Female reproductive health
Some of the female reproductive health issues that we treat include:
- birth defects of the reproductive tract
- problems with puberty development
- absent or irregular periods
- abnormal hair growth
- abnormal milk production
- polycystic ovary syndrome
- managing symptoms of menopause
Male reproductive health
The WVU Center for Reproductive Medicine provides comprehensive treatment for problems that men may experience. Some of the services we provide include:
- semen analysis (detailed below)
- hormone assays
- post-vasectomy semen analysis
- cryopreservation (freezing) of sperm
- sperm preparation for assisted reproductive techniques
- testicular biopsy for sperm extraction
The test is performed in the lab at the Center.
- The specimen will be collected at home or in a special room within the clinic (preferred).
- Prior to collection of the semen sample, observe at least two days, but not more than five days, of abstinence (i.e., no ejaculations).
- Please wash hands thoroughly before collection.
- Do not use lubricants or condoms, because they may contain substances that will kill or immobilize sperm.
- Collect semen in a sterile specimen cup. Sterile cups are available at the Reproductive Endocrine Lab or from your doctor. Collect all of the ejaculate. If some or all of the semen is lost during collection or if you are unable to ejaculate, we will reschedule the test.
- If you are collecting the specimen at home, take the specimen to the lab as soon as possible, but no later than one hour after collection. The specimen should be kept at body temperature during transport. This can be achieved by keeping the container next to your body in your clothing. If possible, you should deliver the sample yourself to confirm your identity and to sign a consent form. Write your name on the sample cup and bring your specimen along with your doctor’s orders to the Reproductive Endocrine Lab at the Center for Reproductive Medicine.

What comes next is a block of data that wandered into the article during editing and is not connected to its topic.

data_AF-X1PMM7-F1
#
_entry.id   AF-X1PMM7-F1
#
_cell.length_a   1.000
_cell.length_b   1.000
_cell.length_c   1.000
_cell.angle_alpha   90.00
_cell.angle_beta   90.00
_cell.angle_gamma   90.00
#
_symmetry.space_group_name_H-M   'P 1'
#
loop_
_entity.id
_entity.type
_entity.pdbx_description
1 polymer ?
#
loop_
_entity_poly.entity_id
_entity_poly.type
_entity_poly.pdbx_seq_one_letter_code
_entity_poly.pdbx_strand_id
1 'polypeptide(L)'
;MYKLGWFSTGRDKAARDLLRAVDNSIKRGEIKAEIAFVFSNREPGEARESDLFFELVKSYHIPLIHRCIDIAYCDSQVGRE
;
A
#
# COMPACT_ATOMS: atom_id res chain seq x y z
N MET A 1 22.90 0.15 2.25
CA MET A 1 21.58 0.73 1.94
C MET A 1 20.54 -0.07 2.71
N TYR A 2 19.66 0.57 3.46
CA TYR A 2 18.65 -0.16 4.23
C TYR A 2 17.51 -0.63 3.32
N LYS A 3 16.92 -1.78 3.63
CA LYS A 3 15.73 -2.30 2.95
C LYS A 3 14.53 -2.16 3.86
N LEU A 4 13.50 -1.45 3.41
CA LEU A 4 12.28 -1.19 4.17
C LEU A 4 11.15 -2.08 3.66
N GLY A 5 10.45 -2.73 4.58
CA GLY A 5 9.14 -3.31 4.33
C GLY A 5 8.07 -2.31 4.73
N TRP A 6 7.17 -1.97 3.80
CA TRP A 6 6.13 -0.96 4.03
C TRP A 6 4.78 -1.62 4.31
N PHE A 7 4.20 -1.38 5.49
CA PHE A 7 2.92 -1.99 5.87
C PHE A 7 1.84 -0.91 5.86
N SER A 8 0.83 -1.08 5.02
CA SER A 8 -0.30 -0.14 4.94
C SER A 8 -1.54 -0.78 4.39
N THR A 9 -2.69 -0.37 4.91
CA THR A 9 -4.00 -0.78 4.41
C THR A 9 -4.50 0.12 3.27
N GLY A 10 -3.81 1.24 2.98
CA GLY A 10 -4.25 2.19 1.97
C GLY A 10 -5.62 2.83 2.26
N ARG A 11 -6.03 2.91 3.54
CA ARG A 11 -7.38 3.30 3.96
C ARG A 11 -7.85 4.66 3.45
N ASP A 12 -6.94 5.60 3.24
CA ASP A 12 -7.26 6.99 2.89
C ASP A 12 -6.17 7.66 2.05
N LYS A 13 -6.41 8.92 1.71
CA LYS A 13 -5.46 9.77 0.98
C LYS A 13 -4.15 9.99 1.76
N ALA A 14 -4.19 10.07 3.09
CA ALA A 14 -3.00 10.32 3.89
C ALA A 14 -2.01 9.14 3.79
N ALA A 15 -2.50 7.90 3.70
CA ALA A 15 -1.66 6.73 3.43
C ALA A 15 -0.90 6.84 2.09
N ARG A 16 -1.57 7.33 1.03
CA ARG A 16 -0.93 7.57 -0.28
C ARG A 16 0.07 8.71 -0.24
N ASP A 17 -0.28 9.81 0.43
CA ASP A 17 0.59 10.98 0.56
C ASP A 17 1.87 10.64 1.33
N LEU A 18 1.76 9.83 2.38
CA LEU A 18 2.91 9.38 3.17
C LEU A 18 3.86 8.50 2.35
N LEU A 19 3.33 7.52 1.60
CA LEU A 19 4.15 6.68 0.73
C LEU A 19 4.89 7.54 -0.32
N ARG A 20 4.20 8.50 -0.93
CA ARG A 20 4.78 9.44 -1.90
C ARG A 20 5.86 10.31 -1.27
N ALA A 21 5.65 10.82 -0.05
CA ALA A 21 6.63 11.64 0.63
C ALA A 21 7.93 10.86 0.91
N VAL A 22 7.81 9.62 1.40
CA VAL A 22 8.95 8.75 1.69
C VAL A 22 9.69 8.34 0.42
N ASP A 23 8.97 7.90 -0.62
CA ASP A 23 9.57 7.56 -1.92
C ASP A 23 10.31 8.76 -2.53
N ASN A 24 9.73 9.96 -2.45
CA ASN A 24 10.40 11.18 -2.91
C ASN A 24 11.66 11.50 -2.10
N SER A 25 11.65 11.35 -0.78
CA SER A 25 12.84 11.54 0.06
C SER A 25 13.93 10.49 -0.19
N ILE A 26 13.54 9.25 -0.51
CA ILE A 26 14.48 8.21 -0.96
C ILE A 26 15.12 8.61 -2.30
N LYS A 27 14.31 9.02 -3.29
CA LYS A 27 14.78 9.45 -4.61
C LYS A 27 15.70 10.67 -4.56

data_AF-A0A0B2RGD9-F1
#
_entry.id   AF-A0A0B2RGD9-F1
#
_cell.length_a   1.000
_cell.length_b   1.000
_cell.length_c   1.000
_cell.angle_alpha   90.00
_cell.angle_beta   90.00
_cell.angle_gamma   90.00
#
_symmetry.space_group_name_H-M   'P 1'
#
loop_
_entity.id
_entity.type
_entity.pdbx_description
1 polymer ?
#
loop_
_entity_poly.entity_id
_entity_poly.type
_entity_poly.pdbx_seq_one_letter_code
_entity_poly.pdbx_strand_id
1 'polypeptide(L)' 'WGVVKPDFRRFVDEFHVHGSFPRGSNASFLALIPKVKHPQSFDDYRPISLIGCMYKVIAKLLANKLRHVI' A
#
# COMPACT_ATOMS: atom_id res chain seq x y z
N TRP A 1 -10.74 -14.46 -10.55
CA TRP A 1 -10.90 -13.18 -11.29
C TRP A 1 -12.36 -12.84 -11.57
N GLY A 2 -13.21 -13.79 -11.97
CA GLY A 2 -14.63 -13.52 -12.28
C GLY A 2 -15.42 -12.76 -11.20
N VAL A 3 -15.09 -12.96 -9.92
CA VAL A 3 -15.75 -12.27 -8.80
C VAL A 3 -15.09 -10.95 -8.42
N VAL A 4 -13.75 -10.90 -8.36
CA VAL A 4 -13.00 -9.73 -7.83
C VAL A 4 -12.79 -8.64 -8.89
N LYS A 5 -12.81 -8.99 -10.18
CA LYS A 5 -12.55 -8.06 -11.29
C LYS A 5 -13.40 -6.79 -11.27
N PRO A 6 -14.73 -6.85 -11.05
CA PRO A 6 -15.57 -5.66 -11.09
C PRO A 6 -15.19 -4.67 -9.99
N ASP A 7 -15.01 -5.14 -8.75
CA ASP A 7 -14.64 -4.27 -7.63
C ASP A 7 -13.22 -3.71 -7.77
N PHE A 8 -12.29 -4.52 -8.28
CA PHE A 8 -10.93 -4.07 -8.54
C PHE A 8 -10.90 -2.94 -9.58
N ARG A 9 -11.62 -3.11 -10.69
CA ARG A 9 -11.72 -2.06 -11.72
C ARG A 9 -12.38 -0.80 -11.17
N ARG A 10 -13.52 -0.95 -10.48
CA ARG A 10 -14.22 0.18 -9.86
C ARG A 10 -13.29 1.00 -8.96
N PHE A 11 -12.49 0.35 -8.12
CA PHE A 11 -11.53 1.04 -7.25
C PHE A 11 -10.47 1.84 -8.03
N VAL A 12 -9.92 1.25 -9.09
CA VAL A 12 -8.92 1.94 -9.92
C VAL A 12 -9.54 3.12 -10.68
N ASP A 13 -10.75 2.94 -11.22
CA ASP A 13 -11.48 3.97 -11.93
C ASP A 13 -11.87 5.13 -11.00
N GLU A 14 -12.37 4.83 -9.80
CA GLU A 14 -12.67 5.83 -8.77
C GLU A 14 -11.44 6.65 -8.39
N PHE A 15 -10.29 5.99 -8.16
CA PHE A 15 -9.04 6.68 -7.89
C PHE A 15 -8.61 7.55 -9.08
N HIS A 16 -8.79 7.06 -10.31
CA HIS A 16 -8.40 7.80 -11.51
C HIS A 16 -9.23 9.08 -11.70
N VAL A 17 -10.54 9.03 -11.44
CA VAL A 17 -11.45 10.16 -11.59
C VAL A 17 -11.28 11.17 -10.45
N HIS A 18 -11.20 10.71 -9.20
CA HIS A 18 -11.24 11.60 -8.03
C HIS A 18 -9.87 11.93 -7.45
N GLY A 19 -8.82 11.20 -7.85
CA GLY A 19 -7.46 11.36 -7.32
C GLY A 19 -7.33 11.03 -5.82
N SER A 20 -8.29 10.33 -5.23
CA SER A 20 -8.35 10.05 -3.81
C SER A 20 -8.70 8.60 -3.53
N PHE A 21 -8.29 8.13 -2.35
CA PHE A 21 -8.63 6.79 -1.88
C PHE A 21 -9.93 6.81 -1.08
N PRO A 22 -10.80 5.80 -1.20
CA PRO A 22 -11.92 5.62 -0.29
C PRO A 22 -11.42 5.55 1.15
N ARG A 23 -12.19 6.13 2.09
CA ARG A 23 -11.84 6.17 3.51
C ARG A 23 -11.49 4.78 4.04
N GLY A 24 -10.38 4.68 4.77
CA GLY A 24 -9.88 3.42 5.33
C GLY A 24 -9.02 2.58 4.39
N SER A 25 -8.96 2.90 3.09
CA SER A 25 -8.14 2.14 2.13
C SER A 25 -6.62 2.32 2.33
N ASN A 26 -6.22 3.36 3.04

- You do not need an appointment for a semen analysis. You may collect or deliver your sample during our working hours, which are: Monday-Friday from 8 am-noon and 1:30 – 3 pm, except for holidays.
- All other procedures including sperm freezing, fructose, viability, and antibody testing require an appointment 24 hours in advance.
Concentration – A lack of sperm can mean you’re not producing sperm or it can mean obstruction or absence of the tube system responsible for transporting sperm. New technologies can help men with very low sperm counts to conceive children.
Motility – Active, healthy sperm move quickly in a straight, forward direction individually, not in clusters. Motility is a measure of how many and how well the sperm are moving. A four-point grading scale is used to describe the speed and direction of sperm progression. Sperm with poor forward progression (grade one or two) can have difficulty fertilizing an egg.
Morphology (shape) – Sperm are considered abnormal if any part of the structure deviates even slightly from rigid criteria. Abnormally shaped sperm can have problems with motility and fertilization.
- Debris is common in low levels.
- Round cells are typically either immature sperm cells or white blood cells, which in high numbers indicate trauma or infection.
- Crystals are rare, but their presence is always abnormal. Uric acid crystals, which form kidney stones, are the most common.
- Occasionally cells besides sperm are identified.
Visual examination – After semen collection, the specimen should liquefy quickly. Next, the specimen is transferred to a test tube for visual examination.
Volume – A lack of ejaculate can indicate retrograde ejaculation, a condition common in diabetics with neuropathy or absence or obstruction of portions of the reproductive tract.
Color- Urine can color semen yellow, and blood from trauma to the testes can color the semen pink, red, or brown. Semen is often clear if it contains no sperm.
pH – Altered pH can indicate inflammation within the reproductive tract or potential problems with accessory sex glands.
Viscosity – Viscosity (thickness of the specimen) is measured on a four-point scale. A thicker specimen (three or four) can impair transport of sperm in the female reproductive tract.
Gel clumps – The presence of gel clumps within the specimen is always abnormal and can cause inaccurate counts for sperm concentration.